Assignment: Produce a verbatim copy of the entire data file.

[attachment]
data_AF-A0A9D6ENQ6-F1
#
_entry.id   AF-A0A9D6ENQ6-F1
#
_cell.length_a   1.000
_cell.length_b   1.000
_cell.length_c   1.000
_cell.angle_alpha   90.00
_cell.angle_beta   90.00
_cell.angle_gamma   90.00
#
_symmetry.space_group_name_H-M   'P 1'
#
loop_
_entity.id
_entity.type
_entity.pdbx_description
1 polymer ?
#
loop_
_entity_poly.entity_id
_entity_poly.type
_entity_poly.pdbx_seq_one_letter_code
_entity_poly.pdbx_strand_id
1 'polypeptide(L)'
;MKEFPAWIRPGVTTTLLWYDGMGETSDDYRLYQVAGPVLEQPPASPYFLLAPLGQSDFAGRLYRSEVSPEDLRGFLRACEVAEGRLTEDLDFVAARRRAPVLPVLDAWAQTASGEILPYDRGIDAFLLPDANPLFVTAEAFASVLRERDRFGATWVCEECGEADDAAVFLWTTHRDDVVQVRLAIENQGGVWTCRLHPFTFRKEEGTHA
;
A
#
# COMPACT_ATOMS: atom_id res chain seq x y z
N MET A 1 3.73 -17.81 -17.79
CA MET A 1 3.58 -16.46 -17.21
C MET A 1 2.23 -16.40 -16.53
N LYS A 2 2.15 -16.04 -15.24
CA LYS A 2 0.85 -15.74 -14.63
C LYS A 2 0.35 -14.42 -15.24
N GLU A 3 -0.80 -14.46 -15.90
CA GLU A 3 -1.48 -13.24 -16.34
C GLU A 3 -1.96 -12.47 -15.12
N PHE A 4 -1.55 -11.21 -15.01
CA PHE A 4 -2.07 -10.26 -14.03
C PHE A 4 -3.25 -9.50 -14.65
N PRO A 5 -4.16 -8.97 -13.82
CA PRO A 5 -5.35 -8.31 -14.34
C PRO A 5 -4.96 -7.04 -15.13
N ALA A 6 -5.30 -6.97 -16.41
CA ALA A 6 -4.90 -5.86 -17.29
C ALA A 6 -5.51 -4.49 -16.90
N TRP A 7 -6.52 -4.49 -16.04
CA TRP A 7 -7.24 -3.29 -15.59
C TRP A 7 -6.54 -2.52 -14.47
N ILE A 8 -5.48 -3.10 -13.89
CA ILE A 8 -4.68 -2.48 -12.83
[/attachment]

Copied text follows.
data_AF-A0A9D6ENQ6-F1
#
_entry.id   AF-A0A9D6ENQ6-F1
#
_cell.length_a   1.000
_cell.length_b   1.000
_cell.length_c   1.000
_cell.angle_alpha   90.00
_cell.angle_beta   90.00
_cell.angle_gamma   90.00
#
_symmetry.space_group_name_H-M   'P 1'
#
loop_
_entity.id
_entity.type
_entity.pdbx_description
1 polymer ?
#
loop_
_entity_poly.entity_id
_entity_poly.type
_entity_poly.pdbx_seq_one_letter_code
_entity_poly.pdbx_strand_id
1 'polypeptide(L)'
;MKEFPAWIRPGVTTTLLWYDGMGETSDDYRLYQVAGPVLEQPPASPYFLLAPLGQSDFAGRLYRSEVSPEDLRGFLRACEVAEGRLTEDLDFVAARRRAPVLPVLDAWAQTASGEILPYDRGIDAFLLPDANPLFVTAEAFASVLRERDRFGATWVCEECGEADDAAVFLWTTHRDDVVQVRLAIENQGGVWTCRLHPFTFRKEEGTHA
;
A
#
# COMPACT_ATOMS: atom_id res chain seq x y z
N MET A 1 3.73 -17.81 -17.79
CA MET A 1 3.58 -16.46 -17.21
C MET A 1 2.23 -16.40 -16.53
N LYS A 2 2.15 -16.04 -15.24
CA LYS A 2 0.85 -15.74 -14.63
C LYS A 2 0.35 -14.42 -15.24
N GLU A 3 -0.80 -14.46 -15.90
CA GLU A 3 -1.48 -13.24 -16.34
C GLU A 3 -1.96 -12.47 -15.12
N PHE A 4 -1.55 -11.21 -15.01
CA PHE A 4 -2.07 -10.26 -14.03
C PHE A 4 -3.25 -9.50 -14.65
N PRO A 5 -4.16 -8.97 -13.82
CA PRO A 5 -5.35 -8.31 -14.34
C PRO A 5 -4.96 -7.04 -15.13
N ALA A 6 -5.30 -6.97 -16.41
CA ALA A 6 -4.90 -5.86 -17.29
C ALA A 6 -5.51 -4.49 -16.90
N TRP A 7 -6.52 -4.49 -16.04
CA TRP A 7 -7.24 -3.29 -15.59
C TRP A 7 -6.54 -2.52 -14.47
N ILE A 8 -5.48 -3.10 -13.89
CA ILE A 8 -4.68 -2.48 -12.83